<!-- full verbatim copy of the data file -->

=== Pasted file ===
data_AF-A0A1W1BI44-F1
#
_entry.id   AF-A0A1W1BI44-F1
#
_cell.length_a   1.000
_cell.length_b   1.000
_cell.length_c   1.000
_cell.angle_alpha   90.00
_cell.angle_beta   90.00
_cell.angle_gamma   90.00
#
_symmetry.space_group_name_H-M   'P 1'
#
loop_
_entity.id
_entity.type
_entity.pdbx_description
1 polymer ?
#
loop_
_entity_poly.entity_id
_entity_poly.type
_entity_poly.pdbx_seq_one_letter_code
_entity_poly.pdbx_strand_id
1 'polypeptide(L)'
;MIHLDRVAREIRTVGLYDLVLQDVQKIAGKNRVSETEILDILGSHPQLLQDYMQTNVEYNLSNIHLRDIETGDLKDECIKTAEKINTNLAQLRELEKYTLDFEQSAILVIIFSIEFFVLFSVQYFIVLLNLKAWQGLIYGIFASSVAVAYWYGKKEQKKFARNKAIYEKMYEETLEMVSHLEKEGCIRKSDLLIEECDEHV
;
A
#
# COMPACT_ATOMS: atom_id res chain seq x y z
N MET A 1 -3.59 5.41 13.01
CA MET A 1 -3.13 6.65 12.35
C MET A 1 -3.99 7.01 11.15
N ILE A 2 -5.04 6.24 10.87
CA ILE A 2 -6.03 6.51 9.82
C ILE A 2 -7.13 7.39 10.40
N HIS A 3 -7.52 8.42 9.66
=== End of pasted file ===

data_AF-A0A1W1BI44-F1
#
_entry.id   AF-A0A1W1BI44-F1
#
_cell.length_a   1.000
_cell.length_b   1.000
_cell.length_c   1.000
_cell.angle_alpha   90.00
_cell.angle_beta   90.00
_cell.angle_gamma   90.00
#
_symmetry.space_group_name_H-M   'P 1'
#
loop_
_entity.id
_entity.type
_entity.pdbx_description
1 polymer ?
#
loop_
_entity_poly.entity_id
_entity_poly.type
_entity_poly.pdbx_seq_one_letter_code
_entity_poly.pdbx_strand_id
1 'polypeptide(L)'
;MIHLDRVAREIRTVGLYDLVLQDVQKIAGKNRVSETEILDILGSHPQLLQDYMQTNVEYNLSNIHLRDIETGDLKDECIKTAEKINTNLAQLRELEKYTLDFEQSAILVIIFSIEFFVLFSVQYFIVLLNLKAWQGLIYGIFASSVAVAYWYGKKEQKKFARNKAIYEKMYEETLEMVSHLEKEGCIRKSDLLIEECDEHV
;
A
#
# COMPACT_ATOMS: atom_id res chain seq x y z
N MET A 1 -3.59 5.41 13.01
CA MET A 1 -3.13 6.65 12.35
C MET A 1 -3.99 7.01 11.15
N ILE A 2 -5.04 6.24 10.87
CA ILE A 2 -6.03 6.51 9.82
C ILE A 2 -7.13 7.39 10.40
N HIS A 3 -7.52 8.42 9.66